Halloween (1978) wasn’t the first slasher film, not by a long, long shot, and Laurie Strode wasn’t the first Final Girl, but — as I have discussed here before — the commercial appeal and success of Halloween codified the slasher subgenre and set the rules for at least a decade of horror films, rules that still matter over 40 years later, even if its only to the extent they’re broken. For all of that influence, Halloween struggled alongside more popular franchises like Friday the 13th and Nightmare on Elm Street, not least because John Carpenter and Debra Hill never conceived of the Michael Myers story as a franchise. As a direct result, while the number of sequels to Halloween is well within the typical range for its peers, even on the low side, if you look at the substance of those sequels, you’ll notice kind of a lot of rejiggering. Since 1978’s classic original, the producers of Halloween have struggled over and over to get this story straight.
Which brings me back to Laurie Strode, the Final Girl — Final Woman now, surely, although they’re all really Final Women — who never seems to get a final cut. This woman has lived and died and been rebooted like she’s Jean Grey or Sarah Connor, without the excuse of competing timelines. While Spider-Man and Batman get their origins retold every two or three years, there’s no analogue in horror for just how many versions of a character, much less a heroine, we’re invited to meet. So let’s start meeting the once and future Final Woman Laurie Strode. It’s going to take a while.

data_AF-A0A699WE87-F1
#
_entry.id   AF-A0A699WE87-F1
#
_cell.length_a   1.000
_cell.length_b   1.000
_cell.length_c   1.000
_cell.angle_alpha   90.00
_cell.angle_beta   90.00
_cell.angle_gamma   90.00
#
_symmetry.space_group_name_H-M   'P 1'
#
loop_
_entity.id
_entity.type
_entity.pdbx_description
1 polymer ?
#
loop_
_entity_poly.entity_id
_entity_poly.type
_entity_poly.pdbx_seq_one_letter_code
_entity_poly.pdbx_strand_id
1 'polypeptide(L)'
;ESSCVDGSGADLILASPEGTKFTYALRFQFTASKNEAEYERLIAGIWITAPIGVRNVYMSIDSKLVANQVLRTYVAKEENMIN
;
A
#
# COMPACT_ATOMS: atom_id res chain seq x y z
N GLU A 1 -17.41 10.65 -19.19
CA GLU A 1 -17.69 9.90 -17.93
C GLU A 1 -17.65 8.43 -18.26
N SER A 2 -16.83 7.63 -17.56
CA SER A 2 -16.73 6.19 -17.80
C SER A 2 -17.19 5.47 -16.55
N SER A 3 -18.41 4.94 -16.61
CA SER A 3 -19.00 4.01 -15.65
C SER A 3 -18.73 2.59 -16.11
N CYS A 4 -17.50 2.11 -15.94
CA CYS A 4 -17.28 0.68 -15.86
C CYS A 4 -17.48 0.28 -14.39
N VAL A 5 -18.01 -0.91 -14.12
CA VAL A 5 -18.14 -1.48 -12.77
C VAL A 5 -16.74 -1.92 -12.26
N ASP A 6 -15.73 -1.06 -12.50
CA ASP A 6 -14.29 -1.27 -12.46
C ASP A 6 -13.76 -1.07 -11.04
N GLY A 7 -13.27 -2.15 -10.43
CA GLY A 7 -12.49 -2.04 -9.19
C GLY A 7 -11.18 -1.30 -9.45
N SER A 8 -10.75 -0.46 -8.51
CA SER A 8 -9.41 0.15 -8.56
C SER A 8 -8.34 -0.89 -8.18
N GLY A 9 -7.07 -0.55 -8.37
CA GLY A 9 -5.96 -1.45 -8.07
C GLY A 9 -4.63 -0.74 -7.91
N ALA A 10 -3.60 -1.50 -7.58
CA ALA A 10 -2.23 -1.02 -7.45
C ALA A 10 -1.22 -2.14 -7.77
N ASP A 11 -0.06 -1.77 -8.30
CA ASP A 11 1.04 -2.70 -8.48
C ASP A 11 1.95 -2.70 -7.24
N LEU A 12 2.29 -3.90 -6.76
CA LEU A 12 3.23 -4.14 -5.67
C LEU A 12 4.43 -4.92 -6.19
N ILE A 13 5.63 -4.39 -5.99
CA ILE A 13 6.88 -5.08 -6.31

Something I should dispatch from the outset is that Laurie’s role has never been recast, except for the Rob Zombie remakes, and so her story has always been a little bit tied to Jamie Lee Curtis’s celebrity and the extent to which an award-winning actress was willing to come water her horror roots. Laurie wasn’t Curtis’s first acting role, but she was her first starring role on film, typecasting her as a Scream Queen until her mainstream breakthrough role in 1983’s Trading Places. After that, the Halloween franchise became anthology-curious with Halloween III: Season of the Witch, and Curtis was not in a very Laurie Strode-place when producers were finally ready to go back to the Myers Family Matters in the late-80s. Although she did come back, for two separate reboots, plus sequels, at the twenty and forty-year anniversary marks. The stories that brought Curtis back are similar, but also different in crucial ways that speak to the zeitgeist of the reboots’ eras as much as any natural trajectory of the character. That’s also true of the Scout Taylor-Compton’s Laurie in Rob Zombie’s remakes, and we’ll look at that, too. But let’s start with who Laurie was in the beginning.